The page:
From The Editor | April 22, 2024

Why Can't We Compare Site Performance Measures?


By Dan Schell, Chief Editor, Clinical Leader

Dan and Cerdi
"I know that I'm not alone thinking about this concept,” says Cerdi Beltré, COO of Innovo Research.

There are so many instances in the pharma industry where everyone agrees that if competing companies would just share their data with each other, the timeline to create new drugs would likely shorten. Of course, as we all know, it's not that simple.

It was one of these “wouldn’t-it-be-great-if-we-all-worked-together” ideas that really grabbed my attention at this year's SCOPE conference. It was a panel discussion called “Modernizing Site Engagement and Enablement for the Trials of the Future” and one of the panelists was Cerdi Beltré,  COO of Innovo Research, a network of 10 multispecialty physician medical groups that regularly conduct clinical research.

Beltré was positing the benefits of having a global and objective way to measure investigator site performance for metrics such as startup duration, screen-pass rates, or rate of enrollment. When I followed up with her after the conference, she admitted this is not a new concept; it’s been discussed for at least 10 years by various companies and associations. While working at IBM many years ago, she even pursued this concept to the extent that she got a patent for the idea. “I believe the patent is called ‘monitoring clinical research’ or something to that effect, and it’s just sitting on a shelf somewhere,” she says. “I wanted to create an industrywide — not study-level — central repository where all this information could reside. I think, overall, people acknowledged this would be helpful, but I don't believe there is one company that has taken on this challenge.”


Beltré says having this comparison data could improve a site’s performance, and thereby help the overall trial. Currently, sponsors, CROs, IRBs, and some tech vendors have portions of this data for each study across multiple sites. The key would be for each of those data aggregators to use the same form of measurement. A simple example would be how long it takes for a site to complete study startup (as long as “startup” is uniform). That data could be averaged and then presented to sites for comparison. “You could look into study conduct, data entry, quality … there are all sorts of options. Then, if you noticed any trends, you could give that information back to the individual sites to drive behavior change. You’d be letting them know what the new standard is for one of these study elements.”

On a smaller scale, Beltré has seen the benefits of this kind of data sharing at Innovo. Each week the network’s sites meet to discuss the status of various performance metrics. This kind of transparency uncovers any challenges a particular site could be having, and the group as a whole works to find a solution rather than leaving it up to the site in question. “So, if a site is struggling with, for example, recruiting for the same study, we gather the leads of all the sites, and we share best practices,” Beltré says. “We may even send an experienced staff member from one site to go to the site that is struggling to help out. We do that because that one site’s success is also our whole network’s success.”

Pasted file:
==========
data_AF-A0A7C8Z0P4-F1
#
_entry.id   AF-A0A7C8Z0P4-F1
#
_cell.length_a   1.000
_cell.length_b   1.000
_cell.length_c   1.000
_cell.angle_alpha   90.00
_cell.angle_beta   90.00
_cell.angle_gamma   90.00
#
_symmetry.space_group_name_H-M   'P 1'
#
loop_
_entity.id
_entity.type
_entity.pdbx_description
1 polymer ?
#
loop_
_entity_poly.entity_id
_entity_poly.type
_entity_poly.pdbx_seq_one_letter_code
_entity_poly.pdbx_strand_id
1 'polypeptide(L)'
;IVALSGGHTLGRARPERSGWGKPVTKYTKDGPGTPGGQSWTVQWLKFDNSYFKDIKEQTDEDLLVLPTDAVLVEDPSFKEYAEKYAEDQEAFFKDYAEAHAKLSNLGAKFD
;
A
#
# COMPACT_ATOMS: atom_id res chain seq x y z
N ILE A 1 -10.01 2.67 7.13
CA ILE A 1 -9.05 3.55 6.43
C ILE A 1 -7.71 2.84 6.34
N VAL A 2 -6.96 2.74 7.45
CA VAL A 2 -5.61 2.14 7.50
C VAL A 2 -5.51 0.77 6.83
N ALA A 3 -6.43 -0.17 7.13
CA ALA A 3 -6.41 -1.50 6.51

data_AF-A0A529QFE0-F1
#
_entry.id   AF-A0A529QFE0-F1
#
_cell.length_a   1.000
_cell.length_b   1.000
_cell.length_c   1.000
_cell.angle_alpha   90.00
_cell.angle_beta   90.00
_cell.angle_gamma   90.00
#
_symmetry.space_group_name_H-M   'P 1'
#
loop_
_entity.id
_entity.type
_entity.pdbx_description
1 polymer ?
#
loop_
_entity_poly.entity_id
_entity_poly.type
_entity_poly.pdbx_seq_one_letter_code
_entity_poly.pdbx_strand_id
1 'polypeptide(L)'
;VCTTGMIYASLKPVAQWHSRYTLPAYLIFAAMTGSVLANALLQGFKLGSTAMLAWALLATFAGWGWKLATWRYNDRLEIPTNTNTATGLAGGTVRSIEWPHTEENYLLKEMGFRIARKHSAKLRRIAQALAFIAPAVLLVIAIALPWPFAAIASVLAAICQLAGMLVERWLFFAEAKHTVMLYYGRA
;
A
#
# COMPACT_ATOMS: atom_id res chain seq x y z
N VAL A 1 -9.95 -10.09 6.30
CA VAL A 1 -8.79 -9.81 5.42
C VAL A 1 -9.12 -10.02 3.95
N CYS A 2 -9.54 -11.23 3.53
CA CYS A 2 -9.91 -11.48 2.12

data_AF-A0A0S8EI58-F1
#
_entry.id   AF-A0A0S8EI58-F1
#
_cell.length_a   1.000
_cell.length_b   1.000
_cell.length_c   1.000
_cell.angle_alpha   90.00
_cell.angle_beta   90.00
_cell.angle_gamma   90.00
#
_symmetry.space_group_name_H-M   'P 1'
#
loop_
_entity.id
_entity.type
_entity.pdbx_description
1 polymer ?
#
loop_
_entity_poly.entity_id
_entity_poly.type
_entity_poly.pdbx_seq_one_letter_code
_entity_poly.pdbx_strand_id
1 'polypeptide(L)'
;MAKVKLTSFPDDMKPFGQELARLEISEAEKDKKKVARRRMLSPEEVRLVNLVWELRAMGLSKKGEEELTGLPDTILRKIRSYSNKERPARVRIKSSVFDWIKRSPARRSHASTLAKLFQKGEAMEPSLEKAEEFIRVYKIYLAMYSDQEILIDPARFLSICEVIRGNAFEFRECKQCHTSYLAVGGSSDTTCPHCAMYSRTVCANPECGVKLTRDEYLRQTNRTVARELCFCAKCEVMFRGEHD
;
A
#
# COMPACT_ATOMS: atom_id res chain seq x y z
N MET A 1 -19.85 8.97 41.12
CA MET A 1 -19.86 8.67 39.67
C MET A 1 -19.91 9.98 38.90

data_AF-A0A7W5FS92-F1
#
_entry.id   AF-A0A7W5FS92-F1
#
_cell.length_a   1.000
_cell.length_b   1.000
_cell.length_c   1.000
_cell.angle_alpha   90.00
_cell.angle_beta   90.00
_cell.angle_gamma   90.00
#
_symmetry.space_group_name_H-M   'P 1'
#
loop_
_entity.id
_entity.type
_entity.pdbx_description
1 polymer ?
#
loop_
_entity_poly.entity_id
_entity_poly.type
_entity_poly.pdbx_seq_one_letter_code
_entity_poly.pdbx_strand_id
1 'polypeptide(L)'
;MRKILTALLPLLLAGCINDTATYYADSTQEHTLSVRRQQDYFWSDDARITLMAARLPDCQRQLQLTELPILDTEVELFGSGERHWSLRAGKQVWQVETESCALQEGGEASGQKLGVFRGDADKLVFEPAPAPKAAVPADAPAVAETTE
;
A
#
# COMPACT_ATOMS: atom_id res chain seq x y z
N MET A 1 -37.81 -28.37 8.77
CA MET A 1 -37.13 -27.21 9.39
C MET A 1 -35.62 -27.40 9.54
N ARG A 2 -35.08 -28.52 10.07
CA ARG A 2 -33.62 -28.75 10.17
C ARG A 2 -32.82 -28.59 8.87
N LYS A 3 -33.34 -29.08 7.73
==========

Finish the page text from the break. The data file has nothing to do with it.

Beltré isn’t naïve to the difficulties surrounding this data-sharing model. This is, after all, a very risk-averse industry, and giving broad access to this kind of data could be perceived as having the potential to negatively impact existing business relationships. “Recently, I was talking with a risk-based monitoring company,” Beltré says. “They have information about sites, which they give to their customer, the sponsor or the CRO. But they cannot give that data to the sites directly because they do not own the information. So it needs to come from the owners of the information. And there’s hesitation in giving the sites some of that.” She explains that, likely, the hesitation comes from the belief that sites are going to be sensitive about seeing that data. They may not believe the data, or they may be concerned that it may injure their relationship with the sponsor or CRO, which is why the measures need to be objective. So, if a site started later or was a rescue site, for instance, those kinds of situations should be taken into account.

“I know that I'm not alone thinking about this concept,” Beltré says. “We all want to know [about this comparison data] because we care about the kind of work we do. We know how important it is to bring products to market faster, because there are patients waiting for these therapies. And so anything that we can do as an industry to drive that forward faster is super important.”